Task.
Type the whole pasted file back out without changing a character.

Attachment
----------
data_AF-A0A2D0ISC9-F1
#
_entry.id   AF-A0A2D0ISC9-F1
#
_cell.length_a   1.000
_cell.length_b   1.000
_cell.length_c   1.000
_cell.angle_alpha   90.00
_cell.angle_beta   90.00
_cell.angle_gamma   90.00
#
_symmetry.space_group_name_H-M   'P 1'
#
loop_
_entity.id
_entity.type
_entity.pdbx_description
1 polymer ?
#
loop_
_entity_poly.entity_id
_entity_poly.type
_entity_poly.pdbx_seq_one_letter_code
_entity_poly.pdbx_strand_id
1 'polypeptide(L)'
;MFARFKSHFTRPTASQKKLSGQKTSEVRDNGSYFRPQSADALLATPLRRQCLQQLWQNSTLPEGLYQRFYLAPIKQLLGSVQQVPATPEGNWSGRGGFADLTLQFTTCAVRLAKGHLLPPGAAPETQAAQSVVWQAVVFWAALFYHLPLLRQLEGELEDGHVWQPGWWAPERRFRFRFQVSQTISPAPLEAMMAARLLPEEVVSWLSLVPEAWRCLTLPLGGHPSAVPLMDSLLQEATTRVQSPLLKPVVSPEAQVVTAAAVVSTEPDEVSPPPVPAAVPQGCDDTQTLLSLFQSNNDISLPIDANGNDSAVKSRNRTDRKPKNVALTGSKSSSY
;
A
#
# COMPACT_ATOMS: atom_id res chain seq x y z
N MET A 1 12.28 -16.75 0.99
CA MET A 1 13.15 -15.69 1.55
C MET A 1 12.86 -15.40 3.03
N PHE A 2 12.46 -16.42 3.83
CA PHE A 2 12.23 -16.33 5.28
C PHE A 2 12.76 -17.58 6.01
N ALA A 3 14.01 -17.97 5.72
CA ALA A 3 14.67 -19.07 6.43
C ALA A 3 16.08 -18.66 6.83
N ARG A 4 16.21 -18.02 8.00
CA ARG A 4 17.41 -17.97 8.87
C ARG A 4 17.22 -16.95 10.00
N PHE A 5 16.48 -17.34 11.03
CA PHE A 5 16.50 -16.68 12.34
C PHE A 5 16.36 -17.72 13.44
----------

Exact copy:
data_AF-A0A2D0ISC9-F1
#
_entry.id   AF-A0A2D0ISC9-F1
#
_cell.length_a   1.000
_cell.length_b   1.000
_cell.length_c   1.000
_cell.angle_alpha   90.00
_cell.angle_beta   90.00
_cell.angle_gamma   90.00
#
_symmetry.space_group_name_H-M   'P 1'
#
loop_
_entity.id
_entity.type
_entity.pdbx_description
1 polymer ?
#
loop_
_entity_poly.entity_id
_entity_poly.type
_entity_poly.pdbx_seq_one_letter_code
_entity_poly.pdbx_strand_id
1 'polypeptide(L)'
;MFARFKSHFTRPTASQKKLSGQKTSEVRDNGSYFRPQSADALLATPLRRQCLQQLWQNSTLPEGLYQRFYLAPIKQLLGSVQQVPATPEGNWSGRGGFADLTLQFTTCAVRLAKGHLLPPGAAPETQAAQSVVWQAVVFWAALFYHLPLLRQLEGELEDGHVWQPGWWAPERRFRFRFQVSQTISPAPLEAMMAARLLPEEVVSWLSLVPEAWRCLTLPLGGHPSAVPLMDSLLQEATTRVQSPLLKPVVSPEAQVVTAAAVVSTEPDEVSPPPVPAAVPQGCDDTQTLLSLFQSNNDISLPIDANGNDSAVKSRNRTDRKPKNVALTGSKSSSY
;
A
#
# COMPACT_ATOMS: atom_id res chain seq x y z
N MET A 1 12.28 -16.75 0.99
CA MET A 1 13.15 -15.69 1.55
C MET A 1 12.86 -15.40 3.03
N PHE A 2 12.46 -16.42 3.83
CA PHE A 2 12.23 -16.33 5.28
C PHE A 2 12.76 -17.58 6.01
N ALA A 3 14.01 -17.97 5.72
CA ALA A 3 14.67 -19.07 6.43
C ALA A 3 16.08 -18.66 6.83
N ARG A 4 16.21 -18.02 8.00
CA ARG A 4 17.41 -17.97 8.87
C ARG A 4 17.22 -16.95 10.00
N PHE A 5 16.48 -17.34 11.03
CA PHE A 5 16.50 -16.68 12.34
C PHE A 5 16.36 -17.72 13.44